Bill Henderson of the Wei Wai Kum Band of Campbell River is one of the most successful master carvers of his time, and has established an international reputation with collectors of First Nation’s art. He has been commissioned to carve several traditional totem poles to commemorate important Kwakwaka’wakw people and events, and creates dancing masks, paddles, bowls and plaques. In 1983, he presented the town of Ishikari, Japan with one of his totem poles as a gift from its sister city, Campbell River.
Henderson began carving with his father, the late Sam Henderson, when he was seven years old. Sam Henderson was not only an eminent Nak’waxda’xw carver, but also a devoted protector of ancient cultural traditions. May Quocksistala Henderson, Bill’s mother, was a high ranking woman of the Campbell River Band. He also credits the great Kwakwaka’wakw master carvers Mungo Martin and Henry Hunt as major influences on his own work. He distinctively carries on the Henderson legacy and passes on his knowledge and skills graciously to many of his nephews.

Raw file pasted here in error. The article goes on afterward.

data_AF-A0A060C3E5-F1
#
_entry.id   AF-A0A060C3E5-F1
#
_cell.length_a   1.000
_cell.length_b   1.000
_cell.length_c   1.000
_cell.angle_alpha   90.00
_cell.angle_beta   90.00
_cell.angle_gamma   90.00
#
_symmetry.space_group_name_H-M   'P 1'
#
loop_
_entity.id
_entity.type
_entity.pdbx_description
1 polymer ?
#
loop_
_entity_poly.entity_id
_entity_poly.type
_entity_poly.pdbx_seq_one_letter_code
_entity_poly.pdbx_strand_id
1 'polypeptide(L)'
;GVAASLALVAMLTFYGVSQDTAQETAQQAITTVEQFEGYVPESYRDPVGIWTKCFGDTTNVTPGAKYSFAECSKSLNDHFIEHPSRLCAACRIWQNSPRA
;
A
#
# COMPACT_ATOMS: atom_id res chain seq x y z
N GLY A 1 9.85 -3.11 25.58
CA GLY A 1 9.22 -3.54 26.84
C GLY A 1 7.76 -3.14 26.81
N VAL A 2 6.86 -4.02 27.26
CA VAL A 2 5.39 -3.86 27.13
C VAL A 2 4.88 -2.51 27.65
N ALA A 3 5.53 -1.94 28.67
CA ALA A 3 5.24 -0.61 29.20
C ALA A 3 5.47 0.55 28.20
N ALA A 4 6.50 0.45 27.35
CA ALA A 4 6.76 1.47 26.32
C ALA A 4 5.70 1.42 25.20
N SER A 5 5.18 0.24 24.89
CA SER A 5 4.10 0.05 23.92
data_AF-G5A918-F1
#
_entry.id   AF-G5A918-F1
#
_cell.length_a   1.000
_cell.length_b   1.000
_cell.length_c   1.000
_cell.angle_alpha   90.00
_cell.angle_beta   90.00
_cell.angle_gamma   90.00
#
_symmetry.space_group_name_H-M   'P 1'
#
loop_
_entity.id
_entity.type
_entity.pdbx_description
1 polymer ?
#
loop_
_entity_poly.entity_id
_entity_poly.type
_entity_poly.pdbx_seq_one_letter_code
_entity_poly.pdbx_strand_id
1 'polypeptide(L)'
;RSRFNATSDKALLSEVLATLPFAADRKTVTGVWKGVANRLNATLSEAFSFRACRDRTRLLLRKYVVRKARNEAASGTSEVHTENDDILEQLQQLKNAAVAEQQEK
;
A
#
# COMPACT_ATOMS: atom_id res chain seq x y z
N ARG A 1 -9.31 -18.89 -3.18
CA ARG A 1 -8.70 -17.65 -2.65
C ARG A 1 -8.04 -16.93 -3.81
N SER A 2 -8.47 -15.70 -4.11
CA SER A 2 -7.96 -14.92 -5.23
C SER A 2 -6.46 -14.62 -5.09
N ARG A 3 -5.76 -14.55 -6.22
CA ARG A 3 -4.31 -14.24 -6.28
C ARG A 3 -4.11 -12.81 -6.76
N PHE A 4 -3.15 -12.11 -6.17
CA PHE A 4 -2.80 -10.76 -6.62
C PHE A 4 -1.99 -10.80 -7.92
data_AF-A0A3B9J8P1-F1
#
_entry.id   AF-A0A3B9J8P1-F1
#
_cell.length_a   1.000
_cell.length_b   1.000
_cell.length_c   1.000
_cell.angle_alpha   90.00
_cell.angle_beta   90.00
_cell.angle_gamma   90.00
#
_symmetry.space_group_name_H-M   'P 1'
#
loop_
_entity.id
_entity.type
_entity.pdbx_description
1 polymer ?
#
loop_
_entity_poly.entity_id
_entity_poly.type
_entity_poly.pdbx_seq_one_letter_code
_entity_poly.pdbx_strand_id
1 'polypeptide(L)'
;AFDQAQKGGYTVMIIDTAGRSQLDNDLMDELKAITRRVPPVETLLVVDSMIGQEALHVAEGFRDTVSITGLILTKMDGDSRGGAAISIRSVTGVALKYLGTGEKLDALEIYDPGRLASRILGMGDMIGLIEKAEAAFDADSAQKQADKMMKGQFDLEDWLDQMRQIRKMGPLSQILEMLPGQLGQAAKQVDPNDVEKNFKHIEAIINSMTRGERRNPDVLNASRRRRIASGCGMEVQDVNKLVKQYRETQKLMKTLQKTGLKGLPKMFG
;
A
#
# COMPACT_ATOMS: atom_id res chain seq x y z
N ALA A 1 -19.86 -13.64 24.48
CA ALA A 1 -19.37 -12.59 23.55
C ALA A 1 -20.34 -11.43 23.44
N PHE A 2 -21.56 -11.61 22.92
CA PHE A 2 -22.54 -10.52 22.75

Henderson says that “the woods and waters of the [Kwakwaka’wakw] homeland are rich in animals and I have worked to capture the natural and supernatural figures in many of my masks”. Pictured here is his Owl Mask, and the vibrant colours and strong lines speak clearly of Henderson’s skill and interpretation.
The Shop at the Campbell River Museum specializes in First Nations Art and carvings like the work of Bill Henderson. Come in for a visit!
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The Campbell River Museum maintains collections and archives from Campbell River’s wide and diverse history, culture and community. For more information about your local Campbell River Museum, call 250-287-3103 or visit www.crmuseum.ca